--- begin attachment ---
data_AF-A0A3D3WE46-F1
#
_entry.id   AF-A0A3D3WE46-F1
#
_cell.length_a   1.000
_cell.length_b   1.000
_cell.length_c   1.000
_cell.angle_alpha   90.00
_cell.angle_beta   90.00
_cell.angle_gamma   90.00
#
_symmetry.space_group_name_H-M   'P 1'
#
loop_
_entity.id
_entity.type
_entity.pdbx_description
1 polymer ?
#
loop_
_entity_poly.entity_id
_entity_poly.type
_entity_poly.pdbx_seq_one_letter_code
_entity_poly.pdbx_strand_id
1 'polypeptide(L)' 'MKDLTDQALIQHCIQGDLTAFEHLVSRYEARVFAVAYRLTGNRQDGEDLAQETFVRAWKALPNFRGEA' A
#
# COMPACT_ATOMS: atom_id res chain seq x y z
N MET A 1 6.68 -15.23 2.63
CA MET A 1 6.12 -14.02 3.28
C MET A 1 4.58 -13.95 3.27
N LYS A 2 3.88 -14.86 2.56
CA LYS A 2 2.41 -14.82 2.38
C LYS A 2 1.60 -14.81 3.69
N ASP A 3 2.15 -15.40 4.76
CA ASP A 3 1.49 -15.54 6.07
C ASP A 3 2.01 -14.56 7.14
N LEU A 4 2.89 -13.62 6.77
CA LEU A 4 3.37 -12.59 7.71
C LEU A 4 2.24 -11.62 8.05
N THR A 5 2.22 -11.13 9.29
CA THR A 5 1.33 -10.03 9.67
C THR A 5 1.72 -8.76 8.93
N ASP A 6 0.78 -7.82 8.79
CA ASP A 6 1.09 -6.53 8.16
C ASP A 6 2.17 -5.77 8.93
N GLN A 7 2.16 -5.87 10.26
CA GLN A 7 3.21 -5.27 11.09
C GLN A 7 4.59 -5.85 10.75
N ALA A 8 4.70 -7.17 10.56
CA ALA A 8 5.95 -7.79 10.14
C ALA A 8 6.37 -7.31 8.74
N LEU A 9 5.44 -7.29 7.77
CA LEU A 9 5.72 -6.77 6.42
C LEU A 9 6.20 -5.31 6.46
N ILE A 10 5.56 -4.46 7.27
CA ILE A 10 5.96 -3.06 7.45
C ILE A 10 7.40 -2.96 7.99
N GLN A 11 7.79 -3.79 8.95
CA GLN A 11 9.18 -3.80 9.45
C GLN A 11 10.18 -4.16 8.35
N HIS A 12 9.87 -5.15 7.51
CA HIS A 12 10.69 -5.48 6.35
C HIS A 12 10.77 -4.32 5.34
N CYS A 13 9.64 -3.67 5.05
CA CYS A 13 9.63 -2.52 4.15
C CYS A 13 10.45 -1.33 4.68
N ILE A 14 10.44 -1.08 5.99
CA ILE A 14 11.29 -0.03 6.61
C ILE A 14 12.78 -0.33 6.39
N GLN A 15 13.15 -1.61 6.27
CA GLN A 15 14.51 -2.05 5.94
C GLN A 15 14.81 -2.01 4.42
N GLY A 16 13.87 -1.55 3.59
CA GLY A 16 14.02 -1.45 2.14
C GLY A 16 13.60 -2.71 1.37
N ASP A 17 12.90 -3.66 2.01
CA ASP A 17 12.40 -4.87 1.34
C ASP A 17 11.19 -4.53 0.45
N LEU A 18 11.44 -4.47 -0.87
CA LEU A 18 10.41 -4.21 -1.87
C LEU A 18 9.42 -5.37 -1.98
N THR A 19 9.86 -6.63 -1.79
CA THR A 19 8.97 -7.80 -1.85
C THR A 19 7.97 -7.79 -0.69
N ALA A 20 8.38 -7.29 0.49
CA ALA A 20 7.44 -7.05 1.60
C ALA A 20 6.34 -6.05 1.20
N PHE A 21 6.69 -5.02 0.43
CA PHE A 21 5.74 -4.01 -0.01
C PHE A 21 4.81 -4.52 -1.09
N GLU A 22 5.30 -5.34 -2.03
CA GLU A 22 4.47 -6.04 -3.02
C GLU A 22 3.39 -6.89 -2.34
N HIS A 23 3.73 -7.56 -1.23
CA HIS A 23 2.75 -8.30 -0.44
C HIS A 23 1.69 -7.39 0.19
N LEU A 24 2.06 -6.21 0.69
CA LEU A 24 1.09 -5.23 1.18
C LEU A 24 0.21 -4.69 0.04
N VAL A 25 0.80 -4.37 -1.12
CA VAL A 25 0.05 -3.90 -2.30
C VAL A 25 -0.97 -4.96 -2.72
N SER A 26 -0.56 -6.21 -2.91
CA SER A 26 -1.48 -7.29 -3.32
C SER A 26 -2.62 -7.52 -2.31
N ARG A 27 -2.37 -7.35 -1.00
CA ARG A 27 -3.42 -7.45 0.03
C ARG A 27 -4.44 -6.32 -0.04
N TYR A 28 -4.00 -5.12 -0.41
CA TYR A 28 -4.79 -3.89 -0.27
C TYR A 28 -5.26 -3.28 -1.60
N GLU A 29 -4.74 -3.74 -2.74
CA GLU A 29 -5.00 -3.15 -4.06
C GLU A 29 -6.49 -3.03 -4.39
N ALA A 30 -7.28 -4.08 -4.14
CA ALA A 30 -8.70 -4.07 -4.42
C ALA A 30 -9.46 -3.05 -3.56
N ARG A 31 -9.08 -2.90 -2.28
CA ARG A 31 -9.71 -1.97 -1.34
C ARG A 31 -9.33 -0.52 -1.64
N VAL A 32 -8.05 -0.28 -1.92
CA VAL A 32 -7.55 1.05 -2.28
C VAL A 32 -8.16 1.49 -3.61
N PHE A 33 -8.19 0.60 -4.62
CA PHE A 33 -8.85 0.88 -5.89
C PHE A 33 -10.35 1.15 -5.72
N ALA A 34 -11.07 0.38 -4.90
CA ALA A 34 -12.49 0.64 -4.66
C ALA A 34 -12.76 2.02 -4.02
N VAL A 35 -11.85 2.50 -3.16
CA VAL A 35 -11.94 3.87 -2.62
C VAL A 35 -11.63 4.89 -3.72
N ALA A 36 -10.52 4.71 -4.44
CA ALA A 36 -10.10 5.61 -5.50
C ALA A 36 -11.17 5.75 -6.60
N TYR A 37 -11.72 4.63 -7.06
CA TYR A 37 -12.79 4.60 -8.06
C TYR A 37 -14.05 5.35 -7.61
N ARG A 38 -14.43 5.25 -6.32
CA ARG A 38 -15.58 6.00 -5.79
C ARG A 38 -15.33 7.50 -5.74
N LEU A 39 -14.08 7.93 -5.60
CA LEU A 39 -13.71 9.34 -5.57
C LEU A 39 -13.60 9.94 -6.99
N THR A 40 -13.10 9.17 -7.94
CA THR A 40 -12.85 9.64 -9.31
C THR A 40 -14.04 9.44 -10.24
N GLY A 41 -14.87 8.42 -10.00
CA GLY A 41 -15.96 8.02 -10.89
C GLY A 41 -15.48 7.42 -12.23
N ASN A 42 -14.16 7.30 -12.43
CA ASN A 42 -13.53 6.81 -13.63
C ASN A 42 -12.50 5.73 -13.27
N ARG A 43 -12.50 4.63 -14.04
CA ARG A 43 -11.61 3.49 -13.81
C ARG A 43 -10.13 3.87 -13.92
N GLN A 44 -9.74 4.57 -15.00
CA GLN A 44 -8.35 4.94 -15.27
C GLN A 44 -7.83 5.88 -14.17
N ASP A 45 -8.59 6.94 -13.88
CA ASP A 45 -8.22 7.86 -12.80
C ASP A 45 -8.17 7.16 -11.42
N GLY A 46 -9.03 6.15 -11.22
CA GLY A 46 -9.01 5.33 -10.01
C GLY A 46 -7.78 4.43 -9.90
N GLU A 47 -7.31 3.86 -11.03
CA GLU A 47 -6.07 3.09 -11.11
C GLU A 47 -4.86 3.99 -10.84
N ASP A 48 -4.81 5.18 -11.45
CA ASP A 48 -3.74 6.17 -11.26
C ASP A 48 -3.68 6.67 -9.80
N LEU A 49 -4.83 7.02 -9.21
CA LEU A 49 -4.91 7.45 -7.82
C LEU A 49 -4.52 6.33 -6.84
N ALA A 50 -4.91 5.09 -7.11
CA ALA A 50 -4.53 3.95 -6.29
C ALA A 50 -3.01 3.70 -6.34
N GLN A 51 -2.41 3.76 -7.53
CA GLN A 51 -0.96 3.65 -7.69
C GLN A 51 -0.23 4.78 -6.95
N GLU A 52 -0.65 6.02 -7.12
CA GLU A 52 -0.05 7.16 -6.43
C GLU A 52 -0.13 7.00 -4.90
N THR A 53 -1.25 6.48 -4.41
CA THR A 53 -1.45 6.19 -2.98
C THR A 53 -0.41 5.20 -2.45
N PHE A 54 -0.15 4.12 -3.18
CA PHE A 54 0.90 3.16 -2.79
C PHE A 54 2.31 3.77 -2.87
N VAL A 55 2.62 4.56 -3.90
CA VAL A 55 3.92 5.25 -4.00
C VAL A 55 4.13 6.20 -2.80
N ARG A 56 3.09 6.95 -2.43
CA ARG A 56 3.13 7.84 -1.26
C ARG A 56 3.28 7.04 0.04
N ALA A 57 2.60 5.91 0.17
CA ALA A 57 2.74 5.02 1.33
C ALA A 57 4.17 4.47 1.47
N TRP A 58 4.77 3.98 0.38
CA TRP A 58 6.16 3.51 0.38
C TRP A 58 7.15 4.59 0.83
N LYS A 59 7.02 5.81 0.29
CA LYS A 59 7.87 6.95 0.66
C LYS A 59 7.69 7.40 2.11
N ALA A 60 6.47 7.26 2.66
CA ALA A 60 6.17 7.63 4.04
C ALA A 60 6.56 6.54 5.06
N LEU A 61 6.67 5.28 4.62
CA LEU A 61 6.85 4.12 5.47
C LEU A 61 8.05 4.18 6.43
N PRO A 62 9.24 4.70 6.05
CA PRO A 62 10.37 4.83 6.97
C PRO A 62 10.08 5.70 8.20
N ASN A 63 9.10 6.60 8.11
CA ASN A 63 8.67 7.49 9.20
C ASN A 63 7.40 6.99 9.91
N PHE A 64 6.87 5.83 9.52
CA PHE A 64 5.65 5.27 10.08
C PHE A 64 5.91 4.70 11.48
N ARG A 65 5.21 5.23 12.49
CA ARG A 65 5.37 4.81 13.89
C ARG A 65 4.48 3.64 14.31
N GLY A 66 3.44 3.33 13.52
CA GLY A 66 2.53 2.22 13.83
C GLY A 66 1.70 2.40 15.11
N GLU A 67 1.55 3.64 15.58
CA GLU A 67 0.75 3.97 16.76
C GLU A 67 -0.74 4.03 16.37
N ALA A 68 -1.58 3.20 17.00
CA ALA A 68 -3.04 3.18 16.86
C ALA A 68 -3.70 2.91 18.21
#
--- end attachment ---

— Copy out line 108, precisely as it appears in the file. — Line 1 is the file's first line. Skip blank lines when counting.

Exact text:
C ARG A 27 -4.44 -6.32 -0.04